Tag Archives: TTA Press

New Year’s First Grey Light


From this review just now:

What Grief Can Do by Stephen Bacon
“She clenched her teeth in an effort to prevent the rawness from spilling out.”
A powerful short short that deals with bereavement, misbegotten love and whatever else spills out, bursting through the dam of denial. A “funeral” that eventually becomes “feral” with animalistic sobs of shame as well as of grief, this way or that to exorcise life’s vile baggage. With the sky’s first light spilling out of this New Year’s Day, it makes me wonder if the world itself has a giant skeleton in its giant cupboard, a whole world’s reality with its own version of Nick’s tank under its floor?

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Interzone #247 – a GRTR

Interzone #247 (Jul – Aug 2013)


TTA Press

My gestalt real-time review of the fiction in this magazine that I received as a result of my subscription to TTA Press.

All my previous reviews of Interzone are linked from HERE.

All my real-time reviews since 2008 are linked from HERE.

The fiction in this issue is written by L.S. Johnson, Philip Suggars, V.H. Leslie, Rebecca Schwarz, Jacob A. Boyd, Russ Colson.

My review will appear in the ‘comment’ stream below as and when I read each story.


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Real-Time Regained

“Click on this image for my Real-Time Reviews: supporting the known and unknown authors of good imaginative literature in a ground-breaking leitmotif / gestalt fashion from Nov 2008 to Oct 2012.”

That’s something I wrote on my site last October, having decided to retire, around the age of 65, from what was becoming an onerous, if enjoyable and hopefully altruistic, task.

Having conducted, in recent days, this experiment in real-time reviewing of Nicholas Royle’s FIRST NOVEL and QUILT, I am having a ‘second wind’. I must have passed through this  marathon ‘wall’!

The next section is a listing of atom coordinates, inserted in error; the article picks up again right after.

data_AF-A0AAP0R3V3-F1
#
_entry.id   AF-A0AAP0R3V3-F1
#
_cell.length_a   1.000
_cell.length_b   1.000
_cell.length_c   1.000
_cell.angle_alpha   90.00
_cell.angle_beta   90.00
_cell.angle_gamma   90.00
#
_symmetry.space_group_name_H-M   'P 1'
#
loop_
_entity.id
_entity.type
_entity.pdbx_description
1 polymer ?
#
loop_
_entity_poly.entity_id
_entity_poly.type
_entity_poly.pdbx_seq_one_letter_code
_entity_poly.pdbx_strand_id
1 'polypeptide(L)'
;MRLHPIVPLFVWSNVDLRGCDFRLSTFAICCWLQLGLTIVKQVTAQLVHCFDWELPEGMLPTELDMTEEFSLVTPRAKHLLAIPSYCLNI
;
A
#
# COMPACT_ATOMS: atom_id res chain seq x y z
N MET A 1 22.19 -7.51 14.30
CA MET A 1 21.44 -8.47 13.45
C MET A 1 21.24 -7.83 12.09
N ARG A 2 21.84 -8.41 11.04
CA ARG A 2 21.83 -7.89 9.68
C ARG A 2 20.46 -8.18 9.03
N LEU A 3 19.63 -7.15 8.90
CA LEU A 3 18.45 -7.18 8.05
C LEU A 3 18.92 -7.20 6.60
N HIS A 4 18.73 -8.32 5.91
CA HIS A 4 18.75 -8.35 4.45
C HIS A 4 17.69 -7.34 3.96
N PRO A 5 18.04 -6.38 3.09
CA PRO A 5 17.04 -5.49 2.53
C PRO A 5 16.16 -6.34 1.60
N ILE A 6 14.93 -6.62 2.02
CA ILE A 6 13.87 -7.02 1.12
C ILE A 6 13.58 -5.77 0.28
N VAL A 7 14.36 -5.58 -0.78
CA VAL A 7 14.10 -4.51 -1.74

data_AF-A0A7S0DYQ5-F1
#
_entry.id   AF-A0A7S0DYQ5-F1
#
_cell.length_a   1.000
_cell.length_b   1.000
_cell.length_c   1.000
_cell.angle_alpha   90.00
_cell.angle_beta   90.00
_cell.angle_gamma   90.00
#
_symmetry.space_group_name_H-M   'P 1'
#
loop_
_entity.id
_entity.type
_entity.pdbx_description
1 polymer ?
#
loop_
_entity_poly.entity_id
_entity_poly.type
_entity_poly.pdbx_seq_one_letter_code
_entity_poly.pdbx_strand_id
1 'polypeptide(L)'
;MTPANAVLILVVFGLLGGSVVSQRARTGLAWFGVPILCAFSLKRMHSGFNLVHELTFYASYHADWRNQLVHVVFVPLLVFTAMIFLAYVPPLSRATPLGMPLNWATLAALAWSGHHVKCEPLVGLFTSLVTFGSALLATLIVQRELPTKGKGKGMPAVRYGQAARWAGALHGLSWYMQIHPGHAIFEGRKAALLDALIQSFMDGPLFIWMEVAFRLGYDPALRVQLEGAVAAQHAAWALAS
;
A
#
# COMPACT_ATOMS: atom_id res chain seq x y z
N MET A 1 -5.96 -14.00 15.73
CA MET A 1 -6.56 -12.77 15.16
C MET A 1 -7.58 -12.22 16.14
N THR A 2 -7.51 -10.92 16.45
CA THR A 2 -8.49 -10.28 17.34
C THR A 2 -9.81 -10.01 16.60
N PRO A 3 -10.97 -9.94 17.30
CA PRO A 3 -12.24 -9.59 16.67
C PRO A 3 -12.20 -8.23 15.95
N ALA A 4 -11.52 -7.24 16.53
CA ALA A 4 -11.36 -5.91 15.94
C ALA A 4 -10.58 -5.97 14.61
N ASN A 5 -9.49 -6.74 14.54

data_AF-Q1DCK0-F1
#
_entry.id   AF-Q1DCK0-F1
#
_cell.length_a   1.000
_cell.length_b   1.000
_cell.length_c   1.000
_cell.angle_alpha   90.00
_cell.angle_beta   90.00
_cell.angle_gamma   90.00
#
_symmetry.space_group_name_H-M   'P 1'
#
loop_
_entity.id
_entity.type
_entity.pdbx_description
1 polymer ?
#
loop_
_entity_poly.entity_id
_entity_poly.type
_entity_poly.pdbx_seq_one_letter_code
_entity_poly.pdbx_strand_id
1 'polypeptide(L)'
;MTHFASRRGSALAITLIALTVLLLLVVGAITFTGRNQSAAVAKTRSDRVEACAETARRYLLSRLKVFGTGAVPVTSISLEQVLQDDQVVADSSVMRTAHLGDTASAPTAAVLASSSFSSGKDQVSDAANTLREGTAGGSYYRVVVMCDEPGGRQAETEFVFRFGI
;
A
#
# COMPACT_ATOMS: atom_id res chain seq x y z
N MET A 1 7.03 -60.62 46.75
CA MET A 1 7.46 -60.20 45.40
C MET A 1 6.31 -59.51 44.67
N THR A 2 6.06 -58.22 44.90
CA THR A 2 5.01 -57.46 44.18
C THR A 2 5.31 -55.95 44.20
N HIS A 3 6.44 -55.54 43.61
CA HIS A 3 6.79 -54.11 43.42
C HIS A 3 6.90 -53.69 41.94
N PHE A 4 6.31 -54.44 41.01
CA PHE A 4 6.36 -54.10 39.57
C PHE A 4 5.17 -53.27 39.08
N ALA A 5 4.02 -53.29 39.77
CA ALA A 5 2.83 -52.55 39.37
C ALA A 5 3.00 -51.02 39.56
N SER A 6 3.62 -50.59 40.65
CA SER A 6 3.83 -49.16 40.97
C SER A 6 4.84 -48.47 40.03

For this purpose, I have pre-ordered WHITSTABLE (Spectral Press) by Stephen Volk, TALLEST TALES (Eibonvale Press) by Rhys Hughes, JANE (Chômu Press) by PF Jeffery, DEHISCENCE (Ex Occidente Press) by DP Watt and THE LAST GOLD OF DECAYED STARS (Ex Occidente Press) by Colin Insole – and I intend to resume my regular RTRs of future editions of BLACK STATIC (TTA Press) and THEAKER’S QUARTERLY FICTION and anything else that catches my eye, but please remember I continue not to accept free review copies of books.

Eventually these new RTRS will be listed and linked here.

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Eyepennies – a novella by Mike O’Driscoll

This is my seventh post-real-time review after recently announcing my retirement from real-time reviewing following four years doing it.

Publisher: TTA Press

These are all forms of mental slippage, visions he has conjured up to fill the void into which his real memories have fallen.”

This is a story of a musician who has tenuous dreams (almost like short-lived night blossoms, my expression, not the novella’s), dreams with which to infect the reader (real, head-on infections you will find hard to escape, take my warning seriously, please), infections between comic-strip, otherwise discrete, drawn-boxes of sheer dreamy beautiful prose, (deceptively easy, lazy prose as if this is the only way to conquer writer’s block as well as a musician’s) — a near-death  experience sired by hyperkalemia: the words themselves suffering a form of petechia. A moving, unlinear panoply of this musician’s life and his ‘fear’ or ‘dread’ of infecting others he loved or was related to, as perhaps finally conquered by grabbing some inevitable nettle…

Crisp winter light falls weightlessly through the window…”

The eyepennies like Quentin’s youth-pangs or one-balls are imbued by Barker’s Nicholas Parkes (cf Captain Howdy’s barking) and by O’Driscoll’s own Rediscovery of Death and Unbecoming.